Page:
Fourme d'Ambert is one of France's oldest cheeses. Made from cow's milk, its production dates from the Roman occupation of France 1,000 years ago, when it was reportedly made by mountain-dwellers in the lush, green, volcanic Auvergne region. There is also an unmistakable 9th-century image of Fourme d'Ambert carved in stone at La Chaume.
Today, production of Forme d'Ambert can be either cooperative or artisanal and the name is protected by AOC regulations that were granted in 1976. Milk for production comes from herds of cows that graze on either the lower or higher mountain pastures, depending on the time of year. Curds are packed into molds by hand and treated very gently during production in order to retain as much moisture as possible. Maturation takes a minimum of 40 days from production, but cheeses are usually aged two to three months.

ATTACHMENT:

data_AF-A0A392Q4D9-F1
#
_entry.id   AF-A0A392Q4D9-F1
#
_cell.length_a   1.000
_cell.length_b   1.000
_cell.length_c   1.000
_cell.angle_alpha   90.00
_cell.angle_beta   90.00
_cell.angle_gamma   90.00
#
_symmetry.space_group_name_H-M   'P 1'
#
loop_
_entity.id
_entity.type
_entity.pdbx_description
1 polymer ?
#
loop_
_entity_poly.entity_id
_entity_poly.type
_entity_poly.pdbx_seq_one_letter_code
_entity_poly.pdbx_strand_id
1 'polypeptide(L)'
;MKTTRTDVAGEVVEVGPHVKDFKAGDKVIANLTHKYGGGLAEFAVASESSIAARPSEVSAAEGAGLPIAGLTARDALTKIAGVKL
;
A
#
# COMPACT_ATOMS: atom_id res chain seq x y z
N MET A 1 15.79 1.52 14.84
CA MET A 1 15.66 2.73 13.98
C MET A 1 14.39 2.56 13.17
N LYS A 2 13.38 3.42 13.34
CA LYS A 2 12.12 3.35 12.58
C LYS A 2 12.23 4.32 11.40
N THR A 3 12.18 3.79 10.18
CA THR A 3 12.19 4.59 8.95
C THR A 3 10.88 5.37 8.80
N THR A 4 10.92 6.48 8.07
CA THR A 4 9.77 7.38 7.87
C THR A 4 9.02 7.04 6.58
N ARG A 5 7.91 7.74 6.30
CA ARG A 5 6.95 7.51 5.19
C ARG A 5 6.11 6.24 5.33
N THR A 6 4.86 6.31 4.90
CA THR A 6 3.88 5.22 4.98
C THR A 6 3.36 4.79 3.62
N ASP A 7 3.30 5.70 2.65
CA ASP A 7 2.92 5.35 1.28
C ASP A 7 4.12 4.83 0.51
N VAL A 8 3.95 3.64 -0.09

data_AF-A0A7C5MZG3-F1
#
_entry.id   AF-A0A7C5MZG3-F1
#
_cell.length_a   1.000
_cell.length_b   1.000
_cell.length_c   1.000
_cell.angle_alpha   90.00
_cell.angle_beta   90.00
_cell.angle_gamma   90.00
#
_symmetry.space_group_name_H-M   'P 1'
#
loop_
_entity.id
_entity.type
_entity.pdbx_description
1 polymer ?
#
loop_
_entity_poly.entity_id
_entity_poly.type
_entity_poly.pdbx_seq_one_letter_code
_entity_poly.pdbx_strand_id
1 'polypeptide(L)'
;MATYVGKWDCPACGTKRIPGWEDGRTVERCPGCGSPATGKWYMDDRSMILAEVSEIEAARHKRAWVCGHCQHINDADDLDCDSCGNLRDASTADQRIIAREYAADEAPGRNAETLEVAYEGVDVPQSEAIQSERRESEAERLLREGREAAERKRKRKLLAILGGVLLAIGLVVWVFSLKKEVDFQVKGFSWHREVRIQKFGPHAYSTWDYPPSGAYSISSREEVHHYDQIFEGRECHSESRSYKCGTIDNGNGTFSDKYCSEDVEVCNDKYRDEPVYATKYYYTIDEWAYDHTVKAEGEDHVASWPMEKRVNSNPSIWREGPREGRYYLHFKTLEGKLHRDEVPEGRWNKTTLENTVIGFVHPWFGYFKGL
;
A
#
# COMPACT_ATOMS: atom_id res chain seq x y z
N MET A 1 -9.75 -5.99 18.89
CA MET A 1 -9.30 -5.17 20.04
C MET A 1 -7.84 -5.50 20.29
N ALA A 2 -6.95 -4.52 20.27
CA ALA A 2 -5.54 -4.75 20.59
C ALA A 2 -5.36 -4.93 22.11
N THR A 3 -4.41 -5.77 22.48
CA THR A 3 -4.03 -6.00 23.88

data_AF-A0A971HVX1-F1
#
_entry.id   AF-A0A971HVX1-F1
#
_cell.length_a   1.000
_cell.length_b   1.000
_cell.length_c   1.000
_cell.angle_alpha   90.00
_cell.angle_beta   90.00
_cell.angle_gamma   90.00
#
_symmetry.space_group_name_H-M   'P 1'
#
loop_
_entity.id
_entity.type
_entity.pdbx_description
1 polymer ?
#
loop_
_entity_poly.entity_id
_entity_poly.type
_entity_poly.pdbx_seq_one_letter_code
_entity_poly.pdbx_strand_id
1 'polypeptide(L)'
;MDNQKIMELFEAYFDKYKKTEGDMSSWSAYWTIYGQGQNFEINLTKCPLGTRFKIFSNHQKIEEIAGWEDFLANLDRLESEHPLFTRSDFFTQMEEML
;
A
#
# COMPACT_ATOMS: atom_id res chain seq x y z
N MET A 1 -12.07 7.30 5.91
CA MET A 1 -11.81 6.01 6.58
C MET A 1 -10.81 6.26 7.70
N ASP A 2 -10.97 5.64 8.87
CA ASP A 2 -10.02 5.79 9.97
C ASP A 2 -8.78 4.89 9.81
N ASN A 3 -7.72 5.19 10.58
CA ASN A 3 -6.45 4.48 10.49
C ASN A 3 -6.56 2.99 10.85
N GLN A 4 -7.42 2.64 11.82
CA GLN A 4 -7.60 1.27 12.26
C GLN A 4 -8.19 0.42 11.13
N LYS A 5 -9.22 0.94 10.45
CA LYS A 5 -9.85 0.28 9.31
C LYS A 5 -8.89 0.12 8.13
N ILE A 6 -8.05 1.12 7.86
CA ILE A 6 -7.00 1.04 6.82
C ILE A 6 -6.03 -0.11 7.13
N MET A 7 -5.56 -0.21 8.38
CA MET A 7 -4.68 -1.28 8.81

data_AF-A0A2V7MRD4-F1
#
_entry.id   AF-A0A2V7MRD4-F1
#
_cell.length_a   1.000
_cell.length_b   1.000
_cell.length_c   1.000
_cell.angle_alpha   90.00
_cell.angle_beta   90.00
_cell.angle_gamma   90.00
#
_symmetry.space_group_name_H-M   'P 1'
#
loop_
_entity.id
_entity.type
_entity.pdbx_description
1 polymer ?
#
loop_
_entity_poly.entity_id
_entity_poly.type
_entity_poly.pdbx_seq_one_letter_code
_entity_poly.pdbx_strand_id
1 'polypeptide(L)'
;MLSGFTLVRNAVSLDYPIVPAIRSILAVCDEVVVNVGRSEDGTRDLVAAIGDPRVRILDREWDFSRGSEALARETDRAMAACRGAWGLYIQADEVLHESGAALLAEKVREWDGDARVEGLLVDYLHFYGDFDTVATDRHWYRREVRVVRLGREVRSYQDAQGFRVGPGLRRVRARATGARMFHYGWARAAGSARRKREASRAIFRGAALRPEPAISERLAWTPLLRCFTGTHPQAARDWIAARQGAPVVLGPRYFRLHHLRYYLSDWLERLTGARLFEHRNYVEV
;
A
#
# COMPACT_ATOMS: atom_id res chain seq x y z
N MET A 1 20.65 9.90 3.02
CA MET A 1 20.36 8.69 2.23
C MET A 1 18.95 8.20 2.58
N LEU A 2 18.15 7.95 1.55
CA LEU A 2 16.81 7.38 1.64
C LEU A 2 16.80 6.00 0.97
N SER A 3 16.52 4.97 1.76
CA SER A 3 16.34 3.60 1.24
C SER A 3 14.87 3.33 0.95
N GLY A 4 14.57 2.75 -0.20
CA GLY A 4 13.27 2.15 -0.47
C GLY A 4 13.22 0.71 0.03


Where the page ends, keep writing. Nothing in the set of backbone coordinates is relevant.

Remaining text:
Almost twice as tall as it is wide, Fourme d'Ambert is produced in a cylindrical shape.
The interior paste is cream-colored and is marked with plentiful blue veining. The texture is slightly more open and creamier than Stilton, which makes it more yielding on the tongue.
Flavors are smooth, forward and very balanced. There are distinct notes of butter and cream that complement the spicy blue mold.
Fourme d'Ambert is a very wine-friendly cheese. It goes well with Sauternes and other dessert wines, but also some full bodied reds such as Rhones, pinot noirs and syrahs. A little drizzle of honey is also a great addition.